Needless to say, this was a highly erroneous interpretation of Paragraph 4 of the 10th Schedule. As a matter of fact, the Supreme Court had held in Jagjit Singh vs State of Haryana (2006) that the ‘split’ (this case was decided when split was a part of the law) should occur in the original political party and only thereafter can the legislators claim exemption for their group consisting of one-third of the members of the legislative party. The ratio of this decision aptly applies to the merger provision too which would mean the merger has to take place between the original political party of the defecting legislators and another party. Only thereafter they can claim exemption from disqualification.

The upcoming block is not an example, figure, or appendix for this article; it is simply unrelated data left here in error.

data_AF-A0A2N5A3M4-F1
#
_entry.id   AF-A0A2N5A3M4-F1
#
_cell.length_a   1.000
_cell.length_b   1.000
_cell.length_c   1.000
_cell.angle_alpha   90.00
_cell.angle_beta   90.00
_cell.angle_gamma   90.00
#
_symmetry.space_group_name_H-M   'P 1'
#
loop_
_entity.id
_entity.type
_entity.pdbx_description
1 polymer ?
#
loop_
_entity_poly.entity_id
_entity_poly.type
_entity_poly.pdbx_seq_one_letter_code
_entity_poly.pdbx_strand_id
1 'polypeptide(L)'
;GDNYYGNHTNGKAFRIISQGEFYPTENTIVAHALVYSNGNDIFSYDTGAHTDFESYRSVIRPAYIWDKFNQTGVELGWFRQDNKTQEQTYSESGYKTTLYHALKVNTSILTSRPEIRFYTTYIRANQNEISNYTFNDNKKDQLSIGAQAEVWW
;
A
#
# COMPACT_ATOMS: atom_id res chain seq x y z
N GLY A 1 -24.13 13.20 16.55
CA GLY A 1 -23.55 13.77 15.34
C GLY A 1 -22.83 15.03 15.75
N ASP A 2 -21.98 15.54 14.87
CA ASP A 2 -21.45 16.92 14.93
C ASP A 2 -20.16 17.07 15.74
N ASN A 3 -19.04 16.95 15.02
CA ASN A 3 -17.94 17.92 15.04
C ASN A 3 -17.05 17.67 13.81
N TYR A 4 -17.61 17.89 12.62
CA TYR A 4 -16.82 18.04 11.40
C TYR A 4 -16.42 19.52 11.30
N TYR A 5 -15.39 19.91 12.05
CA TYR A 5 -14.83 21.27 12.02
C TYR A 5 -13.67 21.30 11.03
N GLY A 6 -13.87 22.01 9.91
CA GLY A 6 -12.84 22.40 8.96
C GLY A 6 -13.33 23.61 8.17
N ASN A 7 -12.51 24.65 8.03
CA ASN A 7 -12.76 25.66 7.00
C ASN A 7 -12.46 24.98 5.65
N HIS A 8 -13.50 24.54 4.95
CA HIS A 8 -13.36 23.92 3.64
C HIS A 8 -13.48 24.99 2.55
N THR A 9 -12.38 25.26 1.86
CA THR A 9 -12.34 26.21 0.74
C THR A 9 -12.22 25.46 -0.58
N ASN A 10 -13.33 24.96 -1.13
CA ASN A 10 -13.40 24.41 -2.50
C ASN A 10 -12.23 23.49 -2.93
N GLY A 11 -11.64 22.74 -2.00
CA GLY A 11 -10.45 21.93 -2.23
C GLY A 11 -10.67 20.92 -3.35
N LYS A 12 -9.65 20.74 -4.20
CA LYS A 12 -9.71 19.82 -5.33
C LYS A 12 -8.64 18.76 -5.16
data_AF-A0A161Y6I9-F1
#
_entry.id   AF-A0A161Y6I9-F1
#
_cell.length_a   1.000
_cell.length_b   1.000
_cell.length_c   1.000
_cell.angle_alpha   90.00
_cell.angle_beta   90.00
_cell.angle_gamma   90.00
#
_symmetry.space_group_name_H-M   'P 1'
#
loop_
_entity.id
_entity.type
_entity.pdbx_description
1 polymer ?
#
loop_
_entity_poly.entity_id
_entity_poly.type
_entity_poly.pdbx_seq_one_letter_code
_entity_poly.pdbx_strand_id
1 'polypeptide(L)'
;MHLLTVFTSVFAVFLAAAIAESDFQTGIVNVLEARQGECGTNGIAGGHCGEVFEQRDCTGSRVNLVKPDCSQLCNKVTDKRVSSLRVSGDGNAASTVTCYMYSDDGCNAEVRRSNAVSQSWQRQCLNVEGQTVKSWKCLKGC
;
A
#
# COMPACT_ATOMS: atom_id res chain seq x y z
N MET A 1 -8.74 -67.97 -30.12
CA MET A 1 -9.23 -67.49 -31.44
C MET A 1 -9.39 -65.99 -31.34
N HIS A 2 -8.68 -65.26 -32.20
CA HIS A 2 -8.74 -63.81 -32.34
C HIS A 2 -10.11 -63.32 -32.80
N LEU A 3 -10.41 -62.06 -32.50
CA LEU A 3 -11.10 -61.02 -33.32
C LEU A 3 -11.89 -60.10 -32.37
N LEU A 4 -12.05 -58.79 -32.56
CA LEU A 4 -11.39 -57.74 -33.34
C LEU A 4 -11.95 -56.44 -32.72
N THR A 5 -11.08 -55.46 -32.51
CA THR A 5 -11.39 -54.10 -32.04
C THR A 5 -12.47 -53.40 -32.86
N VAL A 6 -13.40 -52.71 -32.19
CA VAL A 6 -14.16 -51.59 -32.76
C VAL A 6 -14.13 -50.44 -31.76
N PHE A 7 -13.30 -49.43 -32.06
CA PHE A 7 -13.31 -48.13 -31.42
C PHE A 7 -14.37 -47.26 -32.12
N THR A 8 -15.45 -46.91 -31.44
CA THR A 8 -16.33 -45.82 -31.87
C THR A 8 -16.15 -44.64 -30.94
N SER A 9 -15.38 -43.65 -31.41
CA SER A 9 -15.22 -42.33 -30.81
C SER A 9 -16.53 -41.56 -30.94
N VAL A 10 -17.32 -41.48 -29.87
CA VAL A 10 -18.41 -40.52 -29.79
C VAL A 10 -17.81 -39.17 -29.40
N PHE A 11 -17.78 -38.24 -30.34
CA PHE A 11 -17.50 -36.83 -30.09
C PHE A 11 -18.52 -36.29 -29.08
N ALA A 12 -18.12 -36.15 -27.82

In the recent past, in a number of states, wholesale defections have taken place invoking Paragraph 4 of the 10th Schedule. In all such cases, only the legislators have defected. In fact, in Goa, a majority of the Congress legislators defected to the BJP. In Arunachal Pradesh, the entire Congress legislature party along with its leader joined the BJP, invoking the merger provision. These are flagrant violations of the 10th Schedule.

In the current Maharashtra political drama, too, the magic number of 37 which constitutes two-thirds of the Shiv Sena’s strength in the assembly is being quoted in political circles and the media as a sure way to get around the law.

It means if the dissident group gets 37 MLAs on its side then this group could join hands with the BJP and topple the Uddhav Thackeray government. In this case, the dissident group does not seem to want to be separated from the Shiva Sena but with 37 members, perhaps wants to function as a separate group and support a BJP-led government.